1959 Harmsworth Trophy
Victory Drive Began in 1951
The principals behind the successful Canadian challenge that has seen the Harmsworth Trophy leave this country for the first time since 1920 are J. Gordon Thompson, his son Jim and Bob Hayward.
The Thompsons have been in the sport of unlimited powerboat racing since they purchased Harold Wilson’s Miss Canada IV in 1951. They changed the name of the boat to Miss Supertest. Thompson owns a Canadian oil refinery and a string of gas stations.
The original Miss Supertest served as a training ground. In 1954, the Thompsons introduced a new Miss Supertest. This was a three-point hydroplane built by Les Staudacher.
After campaigning the boat late in 1954 and throughout the 1955 season, the Thompsons issued a challenge for the Harmsworth race in 1956.
The boat never lived up to expectations and William Waggoner’s Shanty had no trouble keeping the trophy in the United States. Although the Supertest was raced in 1957, there was no challenge for the Harmsworth.
The Thompsons had learned a lot about powerboat racing in seven years. Over the past winter they set about building a boat they felt could handle the job.
This time the Thompsons built their own boat. Although basing his design on the second Miss Supertest, Jim Thompson did a great deal of refining on his own.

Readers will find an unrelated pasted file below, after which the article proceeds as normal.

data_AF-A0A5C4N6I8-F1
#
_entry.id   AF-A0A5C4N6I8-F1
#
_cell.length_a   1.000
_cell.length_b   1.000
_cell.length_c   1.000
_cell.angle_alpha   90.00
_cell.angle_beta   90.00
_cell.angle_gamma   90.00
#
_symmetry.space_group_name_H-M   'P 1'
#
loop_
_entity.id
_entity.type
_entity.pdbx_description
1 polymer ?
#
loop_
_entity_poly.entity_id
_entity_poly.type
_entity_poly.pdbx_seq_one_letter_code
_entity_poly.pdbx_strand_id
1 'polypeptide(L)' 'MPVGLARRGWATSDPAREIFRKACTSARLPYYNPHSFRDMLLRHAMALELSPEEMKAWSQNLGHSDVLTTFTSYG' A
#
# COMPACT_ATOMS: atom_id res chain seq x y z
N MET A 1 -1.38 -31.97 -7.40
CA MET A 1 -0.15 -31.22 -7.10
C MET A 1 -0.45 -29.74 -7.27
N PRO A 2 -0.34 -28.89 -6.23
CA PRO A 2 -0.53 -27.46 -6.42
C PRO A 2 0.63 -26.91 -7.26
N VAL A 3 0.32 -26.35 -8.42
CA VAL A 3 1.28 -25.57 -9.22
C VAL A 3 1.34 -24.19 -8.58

The boat was lighter and had innumerable little changes along the riding surface. Only on the exterior was the boat similar. Its first trial came in the Memorial Race here July 4.
Behind the wheel was Hayward, a farmer from Embro, Ont. A member of the Thompsons’ crew of mechanics, Hayward was given the driving assignment after driver Bill Braden was killed when the Supertest II exploded in 1957. [Correction: Braden was killed in the Duke of York Trophy Race for limited hydroplanes when his boat, Aerial V, was struck by Sir Ron II in 1958. —LF]
The boat showed real power as it defeated a good field to win the Thompsons’ first major trophy. The boat was held out of further competition, being prepared for the Harmsworth.
The 1956 challenge had seen the Thompsons borrow engines from the British government.
These engines had to be run according to government regulations. When they needed work, they were shipped back to England.
"This year we’ve bought a number of engines from the government," said Jim Thompson. "We can do anything to them we want."
The younger Thompson, who actually handles the racing end of the business, is undecided about what comes next. There may be an attempt at a straightaway record. Then there is a defense of the Harmsworth next year.
"I don’t know where the race will be held next year," said Thompson. "It will be up to the Canadian Boating Federation. We’ve held races before at Picton, Ont. It’s a good course, but bad for spectators."
(Reprinted from The Detroit News, August 28, 1959)
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